Business Financing – Board of Directors’ Liability Issues

Our law firm in collaboration with BDO organized Thessaloniki Finance Forum- Understanding Funding Options. This is a special lecture program entitled «Business Financing in Greece. Banking, Alternative financing and own contribution. Legal, Financial and Tax Approach».

There were issues of financial interest, issues related to bank financing and alternative financing, as well as issues related to the own contribution after Law 4548/2018.

The event took place on Friday 8 November 2019 at 18:00 at Electra Palace Hotel in Thessaloniki. The founder of our company Professor Dr. Evangelos Vassilakakis presided and coordinated the event, Ms. Eleftheria Christianopoulou, lawyer, gave a presentation on “Business Financing – Current Issues especially after Law 4548/2018”, and Ms. Maria Keke, lawyer, made a presentation on“ Board of Directors’ Liability Issues ”.


(Supreme Court of Greece – Judgement No. 907/2017)

According to the article 66 § 1 of the Greek Law 2121/1993 whoever violates the rules of multilateral international conventions on the protection of intellectual property register without having the permission of the competent authority, commits a criminal offence.

If he/she is found guilty he face the sanctions provided by the Law, i.e. he/she is punished with an imprisonment term of at least one year and  a penalty that may vary between 2900  € and 15000 €.

The punishment is conditional upon the defendant having infringed the provisions on intellectual property rights with dolus malus, i.e. knowing that he/she is acting in a way transgressing the Law.

In the case at issue the Supreme Court confirmed the judgement of the Court of Appeal of Larissa after holding that there was a disagreement between the defendant and the complaining company entitled to take care of the protection of intellectual property right as to the sum that the defendant had to pay. This disagreement resulted in the defendant receiving belatedly the permission of the competent authority, while he had already diffused the songs the rights of intellectual property referred to. Upon this basis the Court considered that the defendant has not acted with dolus malus and therefore should be acquitted.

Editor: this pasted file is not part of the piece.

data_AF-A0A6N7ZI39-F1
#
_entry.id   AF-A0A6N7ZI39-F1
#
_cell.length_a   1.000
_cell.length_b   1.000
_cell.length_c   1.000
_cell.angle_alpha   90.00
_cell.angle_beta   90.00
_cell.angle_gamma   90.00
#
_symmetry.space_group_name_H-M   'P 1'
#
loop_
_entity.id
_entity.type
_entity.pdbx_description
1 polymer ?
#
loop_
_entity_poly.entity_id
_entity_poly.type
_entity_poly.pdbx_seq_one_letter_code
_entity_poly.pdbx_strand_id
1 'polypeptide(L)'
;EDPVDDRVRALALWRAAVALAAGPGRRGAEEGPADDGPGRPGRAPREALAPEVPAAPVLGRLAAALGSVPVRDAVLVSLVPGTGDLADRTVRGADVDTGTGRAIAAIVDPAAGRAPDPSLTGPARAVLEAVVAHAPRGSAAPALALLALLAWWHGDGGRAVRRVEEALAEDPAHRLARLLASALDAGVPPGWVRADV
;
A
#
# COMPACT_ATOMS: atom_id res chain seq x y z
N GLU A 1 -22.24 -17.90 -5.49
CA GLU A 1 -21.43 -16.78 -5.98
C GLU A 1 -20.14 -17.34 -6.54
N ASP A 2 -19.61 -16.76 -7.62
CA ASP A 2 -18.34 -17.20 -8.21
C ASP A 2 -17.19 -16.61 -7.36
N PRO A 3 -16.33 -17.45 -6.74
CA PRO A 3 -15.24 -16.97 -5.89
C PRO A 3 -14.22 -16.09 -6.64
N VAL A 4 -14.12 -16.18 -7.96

This reasoning has to be assessed in a positive way because it reduces the impact of a quite excessive trend to implement through criminal sanctions the protection of intellectual property rights.

Participation of our law firm in a Conference in Bulgaria on Cross-border Insolvency Proceedings

One of our lawyers, Maria Keke, participated in a conference in Sofia on June  23rd, 2017 entitled “Cross-Border Insolvency Proceedings: Detecting Best Practices“, within the framework of the Program of the European Union “Save Comp“. The subject of the oral presentation was the following:  “The Impact of Insolvency on International Commercial Arbitration”.


  • Termination of a Tacit Framework Agreement with the Distributor (judgment of the Court of Justice of the European Union, 14.7.2016, Granarolo/Ambrosi, case C-196/15)

In its judgment rendered on July 14th, 2016 regarding case C-196/15the Court of Justice of the European Union (CJEU) dealt with issues related to the termination by the supplier of his long-standing business relationship with the distributor, who was reselling the goods delivered to him by the supplier through a series of individual contracts of sale. In such an event it can be accepted that there was a tacit framework agreement implying rights and duties for both parties, thus creating a long-standing business relationship between them. Its existence (out of which arise any compensation claims of the distributor in case of a termination by the supplier) must be demonstrated in the concrete case upon the basis of consistent evidence submitted to the court. This evidence may include in particular the existence of a long-standing business relationship between supplier and distributor, the good faith between the parties, the regularity of the transactions and their development over time expressed in terms of quantity and value, any agreements as to prices charged and/or discounts granted, as well as the correspondence exchanged.
Regarding the question of international jurisdiction the referring court was asking about, the CJEU held that the legal qualification of a long-standing contractual relationship as a ‘contract for the sale of goods’ or as a ‘contract for the provision of services’ is conditional upon the characteristic obligation of the contract at issue (Article 5 point (1) (b) Regulation 44/2001). Classifying it as a ‘contract for the provision of services’ facilitates suing the supplier for compensation before the courts of the distributor’s domicile/seat, if this option seems beneficial to him/her.